The 2007 New England Patriots also took the route of free agency to improve an all ready talented team who went 12-4 the year before. The result turned into a 16-0 regular season finish, and a loss in the Super Bowl to the New York Giants.
The Patriots first move of the 2007 off season was trading for Miami Dolphins wide receiver Wes Welker giving up a 2nd and 7th round draft pick, to acquire the veteran pass catcher. The Patriots then looked to further boost a wide receiving group that lacked explosiveness and signed free agent wide receiver Donte Stallworth. New England then went a step further to acquire one more wide receiver to help out Tom Brady and traded for Oakland Raiders wide receiver Randy Moss. The end result was a 16-0 season and both Brady and Moss shattered the touchdown record for their respected positions on the football field. Moss was the biggest risk as many felt he played lazy and uninspired football during his stint with Oakland. Patriots Head Coach Bill Belichick was able to keep the talented wide receiver happy. All three wide receivers contributed greatly to the season. Moss finished the season with 98 receptions, 1493 yards, and 23 touchdowns. Welker had 112 receptions, 1175 yards, and 8 touchdowns, and Donte Stallworth finished his season with 46 receptions, 697 yards, and three touchdowns. The result of spending in free agency can work if you have a good coach, stability at the quarterback position and the franchise. Patriots clearly had that, Eagles well they are still looking.
So will the Seahawk’s season end in dismay like the Eagle’s, or will it end in record breaking success like the patriots. I feel somewhere in between, I do not believe Russell Wilson will throw for 50 touchdowns, and that Harvin will haul in 21 touchdown receptions, or haul in 112 receptions the team is too balanced for that to happen, nor do I believe they will go 16-0 at the moment. I do believe however they can achieve something the 2007 New England Patriots were not able to achieve and that is a Super Bowl. I do believe this Seattle team is the Dream Team and team to beat for the 2013 NFL season.
Tags: Advanced Analysis, Andy Reid, Chris Clemons, Cliff Avril, Dream Team, featured, football, Marshawn Lynch, Michael Bennett, Michael Vick, News, nfl, Percy Harvin, Philadelphia Eagles, Popular, Previews, Randy Moss, Russell Wilson, Seahawks, Seattle, Seattle Seahawks, Tom Brady
The match up for Super Bowl XLVII is incredibly difficult to call. Both teams have overcome adversity, and both teams have weaknesses. In fact, I don’t totally trust either quarterback, or defense. Baltimore shut out the New England Patriots in the second half of the AFC Championship game, but San Francisco runs a totally different offense. San Francisco plays physical, but their defense almost let the Atlanta Falcons run away with the game early on in the NFC Championship game.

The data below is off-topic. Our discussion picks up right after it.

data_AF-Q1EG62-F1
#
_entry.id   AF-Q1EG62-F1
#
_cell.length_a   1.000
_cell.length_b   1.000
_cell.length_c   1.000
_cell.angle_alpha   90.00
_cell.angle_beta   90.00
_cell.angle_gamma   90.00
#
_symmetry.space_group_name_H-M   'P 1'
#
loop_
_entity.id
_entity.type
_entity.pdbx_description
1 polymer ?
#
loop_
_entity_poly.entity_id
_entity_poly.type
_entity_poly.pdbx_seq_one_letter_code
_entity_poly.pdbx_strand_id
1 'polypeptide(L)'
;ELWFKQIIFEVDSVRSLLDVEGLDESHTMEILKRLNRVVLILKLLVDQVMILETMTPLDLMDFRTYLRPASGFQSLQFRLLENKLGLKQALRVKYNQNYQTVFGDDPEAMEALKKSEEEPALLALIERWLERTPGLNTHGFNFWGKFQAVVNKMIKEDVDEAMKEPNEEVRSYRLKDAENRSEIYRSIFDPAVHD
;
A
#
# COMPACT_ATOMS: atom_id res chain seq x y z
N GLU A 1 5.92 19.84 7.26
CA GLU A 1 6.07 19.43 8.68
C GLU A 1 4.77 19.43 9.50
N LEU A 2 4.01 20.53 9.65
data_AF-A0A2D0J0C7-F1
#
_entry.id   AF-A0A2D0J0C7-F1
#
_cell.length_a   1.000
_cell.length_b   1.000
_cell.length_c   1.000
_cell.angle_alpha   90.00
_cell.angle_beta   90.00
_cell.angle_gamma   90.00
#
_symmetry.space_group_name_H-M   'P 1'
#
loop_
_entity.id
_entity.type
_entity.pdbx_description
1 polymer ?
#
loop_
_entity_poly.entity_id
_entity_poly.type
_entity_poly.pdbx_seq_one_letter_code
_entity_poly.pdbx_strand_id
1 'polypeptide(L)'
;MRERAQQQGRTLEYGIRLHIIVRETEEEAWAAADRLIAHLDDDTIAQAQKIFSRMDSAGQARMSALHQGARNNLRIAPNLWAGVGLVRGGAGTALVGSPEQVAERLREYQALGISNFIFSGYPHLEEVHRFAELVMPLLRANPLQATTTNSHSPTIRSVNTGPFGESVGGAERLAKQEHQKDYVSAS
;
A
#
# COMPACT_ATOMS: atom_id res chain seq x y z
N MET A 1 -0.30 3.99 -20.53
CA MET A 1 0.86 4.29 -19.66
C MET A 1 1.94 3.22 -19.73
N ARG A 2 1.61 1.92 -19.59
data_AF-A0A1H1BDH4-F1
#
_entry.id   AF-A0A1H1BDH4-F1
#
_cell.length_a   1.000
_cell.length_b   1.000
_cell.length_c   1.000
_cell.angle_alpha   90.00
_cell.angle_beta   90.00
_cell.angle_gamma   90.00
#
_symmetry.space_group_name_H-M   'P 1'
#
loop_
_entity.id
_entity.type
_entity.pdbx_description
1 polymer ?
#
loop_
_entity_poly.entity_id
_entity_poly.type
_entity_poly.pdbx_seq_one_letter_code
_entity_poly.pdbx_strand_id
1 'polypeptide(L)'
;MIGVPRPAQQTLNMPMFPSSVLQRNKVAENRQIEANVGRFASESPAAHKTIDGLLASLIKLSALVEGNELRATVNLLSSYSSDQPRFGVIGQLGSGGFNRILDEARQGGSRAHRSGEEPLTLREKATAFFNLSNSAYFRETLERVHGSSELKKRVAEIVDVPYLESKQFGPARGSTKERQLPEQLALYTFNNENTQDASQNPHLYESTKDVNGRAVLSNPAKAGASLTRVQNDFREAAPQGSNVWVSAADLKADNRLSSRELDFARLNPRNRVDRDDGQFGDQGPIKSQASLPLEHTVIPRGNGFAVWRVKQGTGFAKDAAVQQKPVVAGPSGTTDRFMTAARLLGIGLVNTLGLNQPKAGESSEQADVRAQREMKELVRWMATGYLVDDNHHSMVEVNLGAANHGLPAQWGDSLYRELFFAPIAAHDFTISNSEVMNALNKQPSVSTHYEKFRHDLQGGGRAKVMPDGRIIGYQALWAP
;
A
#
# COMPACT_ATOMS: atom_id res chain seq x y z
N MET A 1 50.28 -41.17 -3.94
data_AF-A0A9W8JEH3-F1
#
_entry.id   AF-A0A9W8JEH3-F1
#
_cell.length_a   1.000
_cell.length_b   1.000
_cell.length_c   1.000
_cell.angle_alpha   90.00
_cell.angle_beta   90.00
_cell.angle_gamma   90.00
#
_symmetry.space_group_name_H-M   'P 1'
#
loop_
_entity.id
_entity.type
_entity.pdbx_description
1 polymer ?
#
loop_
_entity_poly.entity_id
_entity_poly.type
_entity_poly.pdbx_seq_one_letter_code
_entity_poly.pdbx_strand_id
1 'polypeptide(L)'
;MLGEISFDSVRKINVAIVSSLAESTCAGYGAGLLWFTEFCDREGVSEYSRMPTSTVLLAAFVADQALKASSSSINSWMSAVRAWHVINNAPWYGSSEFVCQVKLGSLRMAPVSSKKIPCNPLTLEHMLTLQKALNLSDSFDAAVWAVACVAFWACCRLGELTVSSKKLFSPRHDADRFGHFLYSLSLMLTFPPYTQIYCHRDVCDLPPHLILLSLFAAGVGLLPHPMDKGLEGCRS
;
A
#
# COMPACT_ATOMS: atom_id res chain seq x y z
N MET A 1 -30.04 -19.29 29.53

As for the quarterbacks, Joe Flacco has won playoff games in each of his seasons in the league, but he has also lost playoff games in each of those seasons. Colin Kaepernick has great skills, but he was shut down by the Seattle Seahawks in a prime time match up earlier in the season.
Both teams also have questions on special teams. San Francisco’s place kicker, David Akers, has missed several field goal attempts. The Baltimore Ravens, on the other hand, have a better kicker in Justin Tucker, but have been known to blow coverages on kick offs and punts.
In the passing game, The Ravens have a slight edge with their deep threat of Flacco to Torrey Smith. Anquan Boldin, and Dennis Pitta are solid, but The 49ers have the better overall receiving corps with Michael Crabtree, Randy Moss, and Vernon Davis.
Both teams are solid in the run game. Baltimore’s Ray Rice is the top rusher in the playoffs this season with 247 yards. However, Frank Gore is number three with 230 yards in one less game. Right behind him is San Francisco quarterback Colin Kapernick has put up a jaw-dropping 202 yards rushing in his first NFL postseason. 183 of those yards came in one game against the Green Bay Packers.
Historically, both teams boast impressive records. San Fransisco is undefeated in five trips to the Super Bowl, and Baltimore has won one Super Bowl, and holds the best post season record of any team in history at .650. Baltimore quarterback Joe Flacco also has the most wins away from home of any quarterback in history at six.
San Francisco’s last Super Bowl victory was in 1988. Baltimore’s was in 2000. Because the 49ers history is much older than the Ravens’, I don’t see that playing any part in predicting this game. While they still have the mystique of being the 49ers, they are only three years removed from being one of the most underachieving teams in football. At the same time, the Ravens have been in the thick of the hunt for the better part of the past fourteen seasons.
In the previous round, both teams beat pass-first teams to get to the game, so it’s hard to tell how either will react to each other’s run-first attacks. But, it might be fair to say that the game will go to which ever team manages to pull off the first big pass plays, and if it comes down to that, my money is on Joe Flacco.